We have a new website go to gov.scot

Family Matters Parenting Agreement For Scotland - Guide



This Parenting Agreement for Scotland has been designed for parents who are separating.

The aim is to help separating parents to agree on future arrangements for their children. If you have separated from your child's other parent, or have agreed to do so, you may find this helpful.

The Parenting Agreement for Scotland is not a legal contract and it isn't intended to be enforced by a court. In fact, it is intended to help separated parents stay out of court by encouraging them to make practical and workable arrangements for their children by themselves.

The break-up of a relationship is one of the most stressful times in anyone's life. But for the children of these relationships, experiencing their parents' separation can be especially difficult. Children can be badly affected by the separation of their parents in terms of their emotional development, their achievement at school and in other areas. But problems can be minimised when the break-up is sensitively managed by both parents working together to agree on what is best for their children's future.

Naturally, as parents who have separated or who have agreed to separate, you will want to protect your children from unnecessary upset and you will want to take all available steps to help your children cope with this major change in their lives. The Parenting Agreement for Scotland is intended to help you do this.

" I hate it when Mum and Dad argue about me. They think I can't hear them but I do. "


The Parenting Agreement for Scotland comes in two parts and it is simple to use. This part is the 'Guide'. The Guide is intended to encourage separating parents to focus on some of the important areas of their children's lives which they will want to make plans for.

For example, you and your former partner may need to reconsider your children's living arrangements, their schooling, holidays, healthcare and so on. Having come to an agreement about these matters, you might then want to write down what you've decided in the 'Plan' document which forms the second part of the Parenting Agreement pack.

The Parenting Agreement is intended to be used by people in different family situations. Not all children are cared for by their two biological parents. For example, children who are in a step-family which is breaking up may attach as much importance to maintaining their relationship with the step-parent as they would in relation to their natural parent. The Parenting Agreement is intended to be able to be used by all.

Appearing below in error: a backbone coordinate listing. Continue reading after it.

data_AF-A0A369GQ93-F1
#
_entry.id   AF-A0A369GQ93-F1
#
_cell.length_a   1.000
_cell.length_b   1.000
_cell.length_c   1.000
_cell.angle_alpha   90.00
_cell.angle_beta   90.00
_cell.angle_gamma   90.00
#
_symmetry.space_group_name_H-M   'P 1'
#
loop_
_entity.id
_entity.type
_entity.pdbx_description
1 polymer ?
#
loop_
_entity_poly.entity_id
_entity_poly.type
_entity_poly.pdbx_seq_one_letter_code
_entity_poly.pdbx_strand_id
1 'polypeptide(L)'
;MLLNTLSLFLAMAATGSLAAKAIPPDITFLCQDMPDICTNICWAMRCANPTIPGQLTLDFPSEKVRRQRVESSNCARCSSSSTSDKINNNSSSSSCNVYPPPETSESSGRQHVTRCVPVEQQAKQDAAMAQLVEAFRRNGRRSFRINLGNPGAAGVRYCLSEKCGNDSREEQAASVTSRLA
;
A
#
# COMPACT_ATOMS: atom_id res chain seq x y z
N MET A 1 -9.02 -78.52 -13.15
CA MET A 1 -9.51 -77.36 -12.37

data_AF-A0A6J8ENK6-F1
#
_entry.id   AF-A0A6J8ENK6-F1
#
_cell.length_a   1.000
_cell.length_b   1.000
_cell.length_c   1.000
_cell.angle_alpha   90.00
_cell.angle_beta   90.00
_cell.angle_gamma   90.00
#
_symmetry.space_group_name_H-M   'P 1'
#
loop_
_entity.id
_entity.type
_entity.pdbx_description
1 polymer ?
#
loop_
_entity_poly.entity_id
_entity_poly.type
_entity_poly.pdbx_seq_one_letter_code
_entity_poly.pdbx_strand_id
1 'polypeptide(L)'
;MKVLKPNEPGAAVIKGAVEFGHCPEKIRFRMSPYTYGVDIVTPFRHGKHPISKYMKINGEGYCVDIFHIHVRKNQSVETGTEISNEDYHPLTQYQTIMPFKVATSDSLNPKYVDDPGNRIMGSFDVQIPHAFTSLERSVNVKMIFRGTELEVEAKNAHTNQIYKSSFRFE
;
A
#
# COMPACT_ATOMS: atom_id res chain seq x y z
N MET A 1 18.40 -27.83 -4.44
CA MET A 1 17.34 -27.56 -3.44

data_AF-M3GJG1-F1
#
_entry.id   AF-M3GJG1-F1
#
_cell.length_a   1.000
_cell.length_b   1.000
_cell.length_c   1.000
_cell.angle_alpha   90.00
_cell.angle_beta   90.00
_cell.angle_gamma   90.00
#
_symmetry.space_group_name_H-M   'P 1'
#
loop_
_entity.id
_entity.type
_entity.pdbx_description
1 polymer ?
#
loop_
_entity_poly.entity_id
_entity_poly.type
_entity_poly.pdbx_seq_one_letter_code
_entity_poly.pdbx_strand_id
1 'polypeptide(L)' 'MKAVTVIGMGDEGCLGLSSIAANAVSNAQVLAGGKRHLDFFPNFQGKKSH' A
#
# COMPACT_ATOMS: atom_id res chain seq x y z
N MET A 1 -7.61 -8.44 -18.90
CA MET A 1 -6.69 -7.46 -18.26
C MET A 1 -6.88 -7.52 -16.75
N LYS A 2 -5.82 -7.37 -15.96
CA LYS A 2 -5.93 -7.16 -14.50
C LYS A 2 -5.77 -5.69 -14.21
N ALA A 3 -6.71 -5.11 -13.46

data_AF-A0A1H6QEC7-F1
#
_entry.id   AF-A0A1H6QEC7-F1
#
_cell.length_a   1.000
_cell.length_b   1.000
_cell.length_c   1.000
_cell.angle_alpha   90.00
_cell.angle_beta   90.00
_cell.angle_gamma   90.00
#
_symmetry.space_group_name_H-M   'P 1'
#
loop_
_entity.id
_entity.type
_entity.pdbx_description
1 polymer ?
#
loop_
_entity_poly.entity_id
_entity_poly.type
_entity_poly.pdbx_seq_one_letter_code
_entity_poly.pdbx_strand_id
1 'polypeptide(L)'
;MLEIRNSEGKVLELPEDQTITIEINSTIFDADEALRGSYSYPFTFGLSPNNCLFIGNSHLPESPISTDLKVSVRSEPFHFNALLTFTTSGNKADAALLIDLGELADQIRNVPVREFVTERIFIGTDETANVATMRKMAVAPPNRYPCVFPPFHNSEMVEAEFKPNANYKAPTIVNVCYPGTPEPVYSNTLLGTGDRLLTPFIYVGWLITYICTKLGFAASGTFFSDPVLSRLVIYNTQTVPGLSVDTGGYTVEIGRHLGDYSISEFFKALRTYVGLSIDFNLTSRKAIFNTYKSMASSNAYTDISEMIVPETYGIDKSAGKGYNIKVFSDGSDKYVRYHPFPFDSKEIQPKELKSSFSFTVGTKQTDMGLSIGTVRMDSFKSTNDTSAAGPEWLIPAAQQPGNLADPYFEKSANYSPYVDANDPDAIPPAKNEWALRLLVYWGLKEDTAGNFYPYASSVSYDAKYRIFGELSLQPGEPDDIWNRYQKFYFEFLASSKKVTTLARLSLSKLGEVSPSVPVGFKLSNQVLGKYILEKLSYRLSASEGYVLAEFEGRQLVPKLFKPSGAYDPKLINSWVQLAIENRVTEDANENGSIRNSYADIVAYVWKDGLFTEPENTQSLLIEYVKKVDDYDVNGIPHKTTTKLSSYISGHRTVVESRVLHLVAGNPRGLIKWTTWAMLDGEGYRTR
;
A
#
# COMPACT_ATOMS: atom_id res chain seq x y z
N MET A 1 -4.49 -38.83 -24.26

All families are different and the arrangements which you will make for your children may not be exactly the same as those agreed by other parents. So use as much or as little of this document as you both feel is helpful. You can fill in some, all, or none of the Plan document. You might want to leave out some sections if they are not relevant to you or perhaps if you and your former partner can't come to an agreement yet. Equally, you may want to add in some additional arrangements which you both feel are important. You may not even want to write anything down and instead just use the Parenting Agreement as a starting point for discussion.

" I know he's not my real Dad but he is my Dad. My real Dad left my Mum when I was a baby and I've never even met him. My Dad has always been there for me and I love him. "


The important thing is to remember that arrangements which parents can agree amicably together are much more likely to work in the long-term for you as parents and, most importantly, for your children. But agreement must genuinely be mutual. If one parent feels that they have been pressured into consenting to any arrangement then it simply won't work, either for you as parents or for your children. Compromise may be necessary.

If you can't agree on something now, it may be best to wait until some time has passed and tensions have eased and then see if you can bring up the matter again. It probably won't help if one of you keeps trying to push the other into accepting an arrangement which they're not comfortable with, but neither should you agree to something you're not comfortable with just to satisfy the other parent.

Whatever agreement you both come to, it's important that you always keep up regular contact with your children, even if you and your former partner haven't finalised arrangements yet. Your children need you.

It's also worth bearing in mind that if you have difficulty communicating with your former partner there are sources of help, such as Relationship Counselling and Mediation services. Details of organisations who offer these services are included in the Further Advice & Information section of the pack. Some of these organisations may assist you in working through the Parenting Agreement pack with your former partner.


While the Parenting Agreement for Scotland is intended for use by parents, depending on the age and maturity of your children, you mustn't forget to take account of their views as well. The arrangements your family puts in place for the future care and welfare of the children are more likely to succeed if everyone is involved in making key decisions.


In some cases, a parent might be concerned about the safety of their children left alone in the care of the other parent - or perhaps even about their own safety. Naturally, if you have any fears of this kind, you should consider taking appropriate action to protect your children and yourself from harm. In such cases, it may not be appropriate for you to complete a Parenting Agreement of this kind.

If you do have concerns about domestic abuse, in the first instance you may wish to contact your solicitor, your local Social Work Department, or one of the support bodies whose details are included in the Parenting Agreement folder.